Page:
Cape Town – If there is no haven like home when the climate in the broader world seems a little stormy, then senior Proteas statesmen Graeme Smith and Jacques Kallis will no doubt be delighted that the Test series decider against Sri Lanka takes place at Newlands here from Tuesday.
Smith may be Johannesburg-born, and Kallis had a brief stint away from his roots with the Warriors, but this city is their stomping ground of choice in more ways than one – it is certainly reflected in their fondness for excelling, and massively so, in Test cricket at the picturesque ground.
The national team is under fire for its ongoing failure to match with routine performance abundant staffing potential in the five-day arena, a situation badly aggravated by the limp surrender of the second Test in Durban to the underdog but startlingly rejuvenated Lankans.
Inevitably some of the most experienced components have come under scrutiny during the team’s frustrating inconsistency and, sometimes, hints of lethargy and joylessness.
It is a perfect time, then, for the indisputably “tough” to get going ... and they don’t come much steelier than Smith and Kallis, whatever the arguments that both, to varying degrees, may be losing aspects of their lustre.
Short-lived rumours that the former was considering giving up the Test captaincy swirled on the fiendish forum of Twitter during the Kingsmead fiasco.
Whether devoid of any legitimacy or not, they were at least indicative of the cloud that hovers not terribly far from the Proteas camp at this time of continued under-achievement.
Incidentally, I am not among those who suspects Smith’s captaincy is the key root of the Proteas’ relative woes, even if I do have some mounting fears that he may have lost a bit more of his hunger for the job than he realises after all these years burdened by the multi-pronged cares that come with the turf.
He is still an inspiring fellow in a lot of ways, with a track record to prove it. Not too many compelling rival candidates for the chore come to mind, especially as we await judgment on AB de Villiers’s maiden one-day leadership qualities, a few days further up the line when ODI hostilities start at the sleepy hollow of Paarl.
Kallis, meanwhile, suffered the indignity of a first-time pair in his 149th Test, but he is a great respecter of the levelling qualities this game provides ... and at least will know that the only way is surely up again for him!
His 150th cap coming at Newlands will please him, too: it is a place where his batting prowess has been especially awe-inspiring.
Kallis’s Test average still seriously lofty at 56.24, it swells to 72.07 at that venue from his 19 appearances there, with eight centuries to show.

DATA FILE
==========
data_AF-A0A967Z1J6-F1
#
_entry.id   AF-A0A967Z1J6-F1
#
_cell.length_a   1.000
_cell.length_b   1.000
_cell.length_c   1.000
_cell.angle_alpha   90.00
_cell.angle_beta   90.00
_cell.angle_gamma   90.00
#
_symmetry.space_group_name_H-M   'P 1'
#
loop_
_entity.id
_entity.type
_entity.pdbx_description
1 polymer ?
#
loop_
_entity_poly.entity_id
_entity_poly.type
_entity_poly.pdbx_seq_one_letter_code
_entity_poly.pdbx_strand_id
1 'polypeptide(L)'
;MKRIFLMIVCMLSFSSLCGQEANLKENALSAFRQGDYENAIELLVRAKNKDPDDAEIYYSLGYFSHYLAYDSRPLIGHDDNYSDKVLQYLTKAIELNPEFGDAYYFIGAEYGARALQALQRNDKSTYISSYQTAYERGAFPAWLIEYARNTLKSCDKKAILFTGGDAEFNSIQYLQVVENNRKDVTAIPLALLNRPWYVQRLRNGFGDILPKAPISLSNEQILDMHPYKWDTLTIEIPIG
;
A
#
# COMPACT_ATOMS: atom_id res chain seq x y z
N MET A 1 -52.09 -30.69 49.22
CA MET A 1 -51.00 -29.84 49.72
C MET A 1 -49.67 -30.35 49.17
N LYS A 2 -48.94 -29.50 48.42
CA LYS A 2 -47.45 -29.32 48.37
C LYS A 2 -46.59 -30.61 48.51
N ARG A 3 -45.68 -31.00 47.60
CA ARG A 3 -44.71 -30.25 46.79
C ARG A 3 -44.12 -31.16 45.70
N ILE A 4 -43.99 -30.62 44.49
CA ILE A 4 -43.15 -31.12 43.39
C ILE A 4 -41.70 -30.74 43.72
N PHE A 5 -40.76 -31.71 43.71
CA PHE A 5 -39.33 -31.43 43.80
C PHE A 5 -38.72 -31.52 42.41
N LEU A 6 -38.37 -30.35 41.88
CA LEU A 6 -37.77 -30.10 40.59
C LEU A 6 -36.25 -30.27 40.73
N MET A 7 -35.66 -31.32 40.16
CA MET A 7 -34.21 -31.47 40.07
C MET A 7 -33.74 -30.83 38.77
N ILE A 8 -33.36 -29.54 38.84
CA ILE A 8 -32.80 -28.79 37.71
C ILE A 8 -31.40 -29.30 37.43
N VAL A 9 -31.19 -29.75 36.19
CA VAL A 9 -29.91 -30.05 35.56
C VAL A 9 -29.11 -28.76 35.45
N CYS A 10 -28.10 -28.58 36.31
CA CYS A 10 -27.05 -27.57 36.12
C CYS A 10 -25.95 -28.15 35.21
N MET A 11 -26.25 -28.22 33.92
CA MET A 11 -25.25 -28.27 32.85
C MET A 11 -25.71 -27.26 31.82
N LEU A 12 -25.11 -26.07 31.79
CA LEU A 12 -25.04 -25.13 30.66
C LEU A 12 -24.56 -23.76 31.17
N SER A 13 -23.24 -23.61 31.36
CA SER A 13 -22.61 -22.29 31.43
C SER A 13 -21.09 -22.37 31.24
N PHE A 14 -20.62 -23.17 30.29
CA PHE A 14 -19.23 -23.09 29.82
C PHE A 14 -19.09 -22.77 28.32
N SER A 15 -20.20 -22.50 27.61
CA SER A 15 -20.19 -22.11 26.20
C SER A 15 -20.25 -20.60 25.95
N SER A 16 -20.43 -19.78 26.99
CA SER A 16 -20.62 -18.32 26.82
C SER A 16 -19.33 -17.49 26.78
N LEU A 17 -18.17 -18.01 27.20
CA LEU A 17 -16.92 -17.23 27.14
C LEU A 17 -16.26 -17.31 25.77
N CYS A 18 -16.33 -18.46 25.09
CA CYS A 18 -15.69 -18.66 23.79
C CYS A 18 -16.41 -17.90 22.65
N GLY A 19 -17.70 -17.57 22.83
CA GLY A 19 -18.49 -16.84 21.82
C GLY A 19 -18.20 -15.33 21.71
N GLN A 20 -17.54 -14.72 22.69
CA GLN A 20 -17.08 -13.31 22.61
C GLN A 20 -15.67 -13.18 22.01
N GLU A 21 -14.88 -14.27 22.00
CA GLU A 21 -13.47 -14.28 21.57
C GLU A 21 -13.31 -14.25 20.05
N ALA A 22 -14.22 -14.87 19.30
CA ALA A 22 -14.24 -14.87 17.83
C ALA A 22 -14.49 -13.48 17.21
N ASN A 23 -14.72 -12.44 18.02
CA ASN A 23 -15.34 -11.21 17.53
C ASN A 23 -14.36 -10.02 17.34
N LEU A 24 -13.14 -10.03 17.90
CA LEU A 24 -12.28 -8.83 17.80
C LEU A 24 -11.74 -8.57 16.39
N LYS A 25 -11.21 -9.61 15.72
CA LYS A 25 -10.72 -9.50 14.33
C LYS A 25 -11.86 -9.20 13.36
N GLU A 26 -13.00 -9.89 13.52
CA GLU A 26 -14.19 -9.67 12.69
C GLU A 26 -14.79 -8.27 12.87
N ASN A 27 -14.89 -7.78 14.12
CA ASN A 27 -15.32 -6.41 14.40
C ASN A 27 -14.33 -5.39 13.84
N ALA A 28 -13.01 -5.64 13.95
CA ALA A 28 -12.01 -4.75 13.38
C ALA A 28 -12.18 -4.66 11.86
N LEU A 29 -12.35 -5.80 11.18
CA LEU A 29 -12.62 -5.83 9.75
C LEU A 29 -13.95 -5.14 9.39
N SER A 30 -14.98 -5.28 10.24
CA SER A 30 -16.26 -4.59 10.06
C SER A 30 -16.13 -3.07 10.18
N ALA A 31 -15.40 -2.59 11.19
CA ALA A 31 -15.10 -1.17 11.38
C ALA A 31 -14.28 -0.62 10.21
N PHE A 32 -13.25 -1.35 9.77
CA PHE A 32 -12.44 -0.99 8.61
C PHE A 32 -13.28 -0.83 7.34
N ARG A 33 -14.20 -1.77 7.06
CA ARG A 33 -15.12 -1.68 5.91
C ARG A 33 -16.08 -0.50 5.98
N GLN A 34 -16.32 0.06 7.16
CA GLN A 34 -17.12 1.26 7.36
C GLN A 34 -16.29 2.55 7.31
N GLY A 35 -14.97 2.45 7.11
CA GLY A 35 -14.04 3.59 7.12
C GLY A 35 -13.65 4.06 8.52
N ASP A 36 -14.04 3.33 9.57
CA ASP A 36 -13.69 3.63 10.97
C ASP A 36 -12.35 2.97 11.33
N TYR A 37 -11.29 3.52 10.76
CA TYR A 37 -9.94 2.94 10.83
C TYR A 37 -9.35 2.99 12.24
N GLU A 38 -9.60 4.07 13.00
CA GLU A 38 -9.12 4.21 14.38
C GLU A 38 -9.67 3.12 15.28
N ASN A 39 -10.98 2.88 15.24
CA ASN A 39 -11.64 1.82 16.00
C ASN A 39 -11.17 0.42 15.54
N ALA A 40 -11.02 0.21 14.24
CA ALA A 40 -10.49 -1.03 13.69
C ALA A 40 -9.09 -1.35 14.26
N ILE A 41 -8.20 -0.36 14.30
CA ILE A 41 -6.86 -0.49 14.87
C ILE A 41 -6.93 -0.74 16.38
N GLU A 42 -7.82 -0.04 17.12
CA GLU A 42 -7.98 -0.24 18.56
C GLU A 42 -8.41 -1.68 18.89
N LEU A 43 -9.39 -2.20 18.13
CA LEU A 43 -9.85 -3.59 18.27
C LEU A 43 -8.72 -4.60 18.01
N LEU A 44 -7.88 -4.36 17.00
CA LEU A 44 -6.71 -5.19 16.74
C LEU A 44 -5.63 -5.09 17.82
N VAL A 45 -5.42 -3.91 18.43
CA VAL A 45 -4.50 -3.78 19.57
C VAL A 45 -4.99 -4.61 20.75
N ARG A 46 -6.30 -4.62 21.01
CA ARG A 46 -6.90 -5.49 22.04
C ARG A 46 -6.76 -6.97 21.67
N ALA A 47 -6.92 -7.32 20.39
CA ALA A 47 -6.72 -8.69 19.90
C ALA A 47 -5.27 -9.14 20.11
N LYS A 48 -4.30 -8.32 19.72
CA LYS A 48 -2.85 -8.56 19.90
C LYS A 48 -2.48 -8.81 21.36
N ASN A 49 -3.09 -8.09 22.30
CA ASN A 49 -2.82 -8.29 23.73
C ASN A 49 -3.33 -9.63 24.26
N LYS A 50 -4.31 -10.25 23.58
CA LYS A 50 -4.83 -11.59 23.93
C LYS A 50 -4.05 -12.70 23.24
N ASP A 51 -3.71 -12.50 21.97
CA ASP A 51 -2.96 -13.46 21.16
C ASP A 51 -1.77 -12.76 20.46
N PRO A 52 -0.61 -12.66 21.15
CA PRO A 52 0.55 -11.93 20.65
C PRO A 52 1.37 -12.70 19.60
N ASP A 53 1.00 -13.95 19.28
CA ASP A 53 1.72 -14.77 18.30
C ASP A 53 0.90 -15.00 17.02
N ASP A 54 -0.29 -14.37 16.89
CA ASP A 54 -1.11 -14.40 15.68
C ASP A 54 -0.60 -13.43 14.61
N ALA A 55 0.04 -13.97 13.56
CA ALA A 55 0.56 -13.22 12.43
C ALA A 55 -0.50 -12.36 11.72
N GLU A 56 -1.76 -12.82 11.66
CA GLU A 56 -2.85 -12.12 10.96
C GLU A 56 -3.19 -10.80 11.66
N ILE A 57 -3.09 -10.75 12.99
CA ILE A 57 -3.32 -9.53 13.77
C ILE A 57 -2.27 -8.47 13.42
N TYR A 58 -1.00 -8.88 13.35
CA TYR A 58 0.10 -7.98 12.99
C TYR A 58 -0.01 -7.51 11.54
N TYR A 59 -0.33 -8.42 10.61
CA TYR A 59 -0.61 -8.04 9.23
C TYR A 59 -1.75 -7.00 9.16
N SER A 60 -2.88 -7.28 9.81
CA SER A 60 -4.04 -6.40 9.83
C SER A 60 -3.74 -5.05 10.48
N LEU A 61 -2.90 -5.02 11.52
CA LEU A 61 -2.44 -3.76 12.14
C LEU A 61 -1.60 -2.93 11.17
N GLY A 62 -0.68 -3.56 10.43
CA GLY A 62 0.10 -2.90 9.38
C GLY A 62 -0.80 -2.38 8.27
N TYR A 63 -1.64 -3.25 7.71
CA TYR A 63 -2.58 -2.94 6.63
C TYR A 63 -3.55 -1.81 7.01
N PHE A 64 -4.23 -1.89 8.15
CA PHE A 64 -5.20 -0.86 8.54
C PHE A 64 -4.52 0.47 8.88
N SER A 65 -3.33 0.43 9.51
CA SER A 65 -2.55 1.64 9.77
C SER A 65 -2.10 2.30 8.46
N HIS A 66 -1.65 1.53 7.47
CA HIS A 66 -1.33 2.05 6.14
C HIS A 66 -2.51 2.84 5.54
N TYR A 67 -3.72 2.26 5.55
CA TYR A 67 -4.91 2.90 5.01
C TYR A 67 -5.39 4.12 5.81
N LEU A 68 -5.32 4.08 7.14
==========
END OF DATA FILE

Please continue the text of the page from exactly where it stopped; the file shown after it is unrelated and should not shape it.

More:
Newlands over New Year? Images of Kallis centuries come almost automatically to mind – he has reached the landmark three times in his last four knocks in the traditional early-January fixture, including back-to-back ones under severe physical pain against India.
Indeed, it is hard to believe now that his first Test innings at Newlands – just his second game overall – was a watch-the-paint-dry vigil of seven off 65 balls against England in 1995/96.
Like his long-time ally, Smith’s batting average (49.64) balloons a fair bit when you break it down to Newlands alone – 58.63 in 13 Tests there.
He started promisingly in the shadow of Table Mountain, scoring a resilient 68 -- batting at No 3 behind Gary Kirsten and Herschelle Gibbs – in the second innings on Test debut against then-untouchable Australia in 2001/02 and has more or less flourished at the venue ever since, with four tons to boast.
The hefty left-hander has reached three figures in two of his last Tests at Newlands, the most recent being an unbeaten second-knock 101 to seal victory over the very Aussies in November.
Smith has reached at least a half-century in as many as nine of his 13 games at the ground, so if he is rather more fitful for major scores at other Test venues the world over these days, a pattern of heavy scoring in Cape Town is largely unchanged.
And taking away the Newlands factor for a minute, the environment is tailor-made anyway for someone like Smith to lead by example, something he can usually not be accused of failing to do when the chips are down.
He loves to be a central personal presence when a series is, or may be, at stake.
One big instance that comes most rapidly to mind was his seminal 154 not out at Edgbaston in 2008, when the Proteas were wobbling at 93 for four in pursuit of 281 to win the third Test – and thus clinch the series in England even with one Test left to play.
Monty Panesar was turning the ball almost square, and an equalising English victory seemed very much on the cards, but Smith’s composure and grit (crucially aided by another veteran under present pressure, Mark Boucher) saw the Proteas surge over the line.
In a 2003/04 series in New Zealand similar to the current one against Sri Lanka -- played over three Tests and with the final one anything but a dead-rubber fixture -- South Africa, 1-0 down, had also wobbled to 36 for three in pursuit of 234 to share the summer spoils, but Smith’s 125 not out eventually made light enough work of achieving exactly that.
Yes, a productive personal homecoming from either or both of “Biff” and “Jakes” would probably go a long way to getting the Proteas over the line against Sri Lanka in this unexpectedly nerve-jangling Test match for them ...
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